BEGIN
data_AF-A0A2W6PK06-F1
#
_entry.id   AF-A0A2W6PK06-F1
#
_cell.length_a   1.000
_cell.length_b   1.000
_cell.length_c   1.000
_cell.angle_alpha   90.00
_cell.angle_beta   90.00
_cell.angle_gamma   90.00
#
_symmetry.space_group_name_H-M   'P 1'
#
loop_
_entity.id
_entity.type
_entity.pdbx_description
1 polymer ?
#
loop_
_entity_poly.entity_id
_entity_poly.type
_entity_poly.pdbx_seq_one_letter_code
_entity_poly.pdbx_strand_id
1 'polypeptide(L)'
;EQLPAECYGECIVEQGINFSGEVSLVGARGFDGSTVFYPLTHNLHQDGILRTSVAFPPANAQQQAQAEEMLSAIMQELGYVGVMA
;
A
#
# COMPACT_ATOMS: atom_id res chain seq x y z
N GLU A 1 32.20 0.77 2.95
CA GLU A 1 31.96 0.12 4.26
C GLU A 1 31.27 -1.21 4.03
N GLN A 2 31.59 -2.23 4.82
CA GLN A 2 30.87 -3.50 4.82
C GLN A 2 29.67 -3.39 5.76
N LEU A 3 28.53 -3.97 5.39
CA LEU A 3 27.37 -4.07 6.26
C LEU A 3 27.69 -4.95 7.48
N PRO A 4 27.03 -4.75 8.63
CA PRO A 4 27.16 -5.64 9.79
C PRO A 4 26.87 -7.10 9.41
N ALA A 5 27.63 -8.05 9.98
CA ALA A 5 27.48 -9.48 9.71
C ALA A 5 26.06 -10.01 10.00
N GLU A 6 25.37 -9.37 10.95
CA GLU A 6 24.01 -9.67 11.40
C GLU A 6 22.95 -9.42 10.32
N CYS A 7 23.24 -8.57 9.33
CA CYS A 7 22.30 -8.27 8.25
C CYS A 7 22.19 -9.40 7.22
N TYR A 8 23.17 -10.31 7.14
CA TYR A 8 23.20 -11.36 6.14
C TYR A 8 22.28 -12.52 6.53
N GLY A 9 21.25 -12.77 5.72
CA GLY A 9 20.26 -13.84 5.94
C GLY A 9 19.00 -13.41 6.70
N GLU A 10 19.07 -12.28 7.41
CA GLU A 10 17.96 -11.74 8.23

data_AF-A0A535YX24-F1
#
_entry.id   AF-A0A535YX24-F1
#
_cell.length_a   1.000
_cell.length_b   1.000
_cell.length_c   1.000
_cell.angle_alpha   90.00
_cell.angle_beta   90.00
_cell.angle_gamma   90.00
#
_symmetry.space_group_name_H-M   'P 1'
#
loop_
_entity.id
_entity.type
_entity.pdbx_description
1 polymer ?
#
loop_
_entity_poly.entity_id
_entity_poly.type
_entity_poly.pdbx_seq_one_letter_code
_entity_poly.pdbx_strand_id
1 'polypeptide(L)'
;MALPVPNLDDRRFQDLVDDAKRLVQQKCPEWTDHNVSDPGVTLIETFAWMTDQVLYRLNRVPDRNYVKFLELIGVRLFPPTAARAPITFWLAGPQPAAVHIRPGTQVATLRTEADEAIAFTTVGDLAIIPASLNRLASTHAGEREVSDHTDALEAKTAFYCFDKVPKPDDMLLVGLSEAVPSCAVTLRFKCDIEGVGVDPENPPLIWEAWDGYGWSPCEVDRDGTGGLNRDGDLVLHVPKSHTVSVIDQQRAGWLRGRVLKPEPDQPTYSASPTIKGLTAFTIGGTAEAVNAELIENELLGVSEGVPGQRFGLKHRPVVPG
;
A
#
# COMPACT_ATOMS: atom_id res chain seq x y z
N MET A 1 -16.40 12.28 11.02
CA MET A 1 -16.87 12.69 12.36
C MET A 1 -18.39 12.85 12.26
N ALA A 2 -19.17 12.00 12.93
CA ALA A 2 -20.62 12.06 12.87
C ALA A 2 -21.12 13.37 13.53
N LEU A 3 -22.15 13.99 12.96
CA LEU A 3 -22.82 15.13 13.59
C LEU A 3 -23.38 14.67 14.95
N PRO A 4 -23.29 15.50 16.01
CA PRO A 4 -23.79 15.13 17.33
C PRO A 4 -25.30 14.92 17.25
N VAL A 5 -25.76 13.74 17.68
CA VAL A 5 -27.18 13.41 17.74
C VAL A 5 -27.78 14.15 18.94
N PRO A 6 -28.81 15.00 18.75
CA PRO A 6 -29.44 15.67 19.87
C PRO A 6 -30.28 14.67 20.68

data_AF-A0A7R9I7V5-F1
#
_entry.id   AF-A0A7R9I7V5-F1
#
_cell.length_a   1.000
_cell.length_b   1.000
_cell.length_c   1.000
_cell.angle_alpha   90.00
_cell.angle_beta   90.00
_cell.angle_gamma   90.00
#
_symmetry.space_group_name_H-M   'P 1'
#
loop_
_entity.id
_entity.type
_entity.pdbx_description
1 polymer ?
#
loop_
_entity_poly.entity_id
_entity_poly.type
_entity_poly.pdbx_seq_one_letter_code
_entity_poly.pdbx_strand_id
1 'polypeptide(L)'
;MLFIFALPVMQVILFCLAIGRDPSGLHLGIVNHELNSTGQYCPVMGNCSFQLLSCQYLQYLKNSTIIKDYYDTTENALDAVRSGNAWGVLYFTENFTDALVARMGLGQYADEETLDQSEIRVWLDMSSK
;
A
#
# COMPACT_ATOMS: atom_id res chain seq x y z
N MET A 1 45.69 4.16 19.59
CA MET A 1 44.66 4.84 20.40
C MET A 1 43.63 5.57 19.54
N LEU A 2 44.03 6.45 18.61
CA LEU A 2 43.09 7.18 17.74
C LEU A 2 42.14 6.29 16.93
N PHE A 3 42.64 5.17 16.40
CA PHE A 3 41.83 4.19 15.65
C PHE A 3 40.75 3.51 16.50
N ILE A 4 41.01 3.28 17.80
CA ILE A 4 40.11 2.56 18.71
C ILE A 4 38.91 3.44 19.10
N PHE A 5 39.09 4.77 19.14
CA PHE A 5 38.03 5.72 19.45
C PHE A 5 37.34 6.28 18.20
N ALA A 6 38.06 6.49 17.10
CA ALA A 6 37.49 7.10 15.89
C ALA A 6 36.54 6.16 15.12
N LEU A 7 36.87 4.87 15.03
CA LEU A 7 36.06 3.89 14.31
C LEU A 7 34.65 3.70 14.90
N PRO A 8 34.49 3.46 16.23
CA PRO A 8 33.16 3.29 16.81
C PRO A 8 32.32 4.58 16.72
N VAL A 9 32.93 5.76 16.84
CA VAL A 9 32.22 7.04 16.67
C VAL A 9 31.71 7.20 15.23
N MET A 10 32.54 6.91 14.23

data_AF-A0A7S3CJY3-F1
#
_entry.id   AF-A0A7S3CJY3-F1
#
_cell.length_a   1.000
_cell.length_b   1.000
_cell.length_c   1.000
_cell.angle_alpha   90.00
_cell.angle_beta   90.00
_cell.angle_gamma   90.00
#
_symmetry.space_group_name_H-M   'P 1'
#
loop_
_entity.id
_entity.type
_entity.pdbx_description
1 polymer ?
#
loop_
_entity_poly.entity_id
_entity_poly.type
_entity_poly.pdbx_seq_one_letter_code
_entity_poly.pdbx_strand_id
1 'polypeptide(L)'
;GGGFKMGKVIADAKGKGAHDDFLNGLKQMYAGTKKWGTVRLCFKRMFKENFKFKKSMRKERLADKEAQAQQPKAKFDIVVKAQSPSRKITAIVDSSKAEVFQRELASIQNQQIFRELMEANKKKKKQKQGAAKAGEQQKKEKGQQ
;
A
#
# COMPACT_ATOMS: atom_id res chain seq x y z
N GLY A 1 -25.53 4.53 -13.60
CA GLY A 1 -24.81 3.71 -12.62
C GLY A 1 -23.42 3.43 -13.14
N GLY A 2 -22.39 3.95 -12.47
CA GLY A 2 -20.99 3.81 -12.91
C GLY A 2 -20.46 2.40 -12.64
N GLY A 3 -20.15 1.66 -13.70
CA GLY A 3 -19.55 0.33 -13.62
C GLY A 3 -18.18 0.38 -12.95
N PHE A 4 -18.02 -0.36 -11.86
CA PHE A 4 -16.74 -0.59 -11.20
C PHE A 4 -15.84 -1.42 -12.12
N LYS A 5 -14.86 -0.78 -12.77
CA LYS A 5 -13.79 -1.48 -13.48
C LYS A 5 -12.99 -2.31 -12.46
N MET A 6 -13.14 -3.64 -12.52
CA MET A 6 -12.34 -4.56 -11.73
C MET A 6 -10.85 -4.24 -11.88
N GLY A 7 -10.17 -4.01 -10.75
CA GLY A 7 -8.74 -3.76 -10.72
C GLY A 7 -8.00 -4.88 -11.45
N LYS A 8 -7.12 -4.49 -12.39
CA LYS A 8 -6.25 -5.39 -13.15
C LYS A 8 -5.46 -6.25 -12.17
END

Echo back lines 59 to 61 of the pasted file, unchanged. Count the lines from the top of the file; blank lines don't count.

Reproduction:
CA GLU A 10 17.96 -11.74 8.23

data_AF-A0A535YX24-F1
#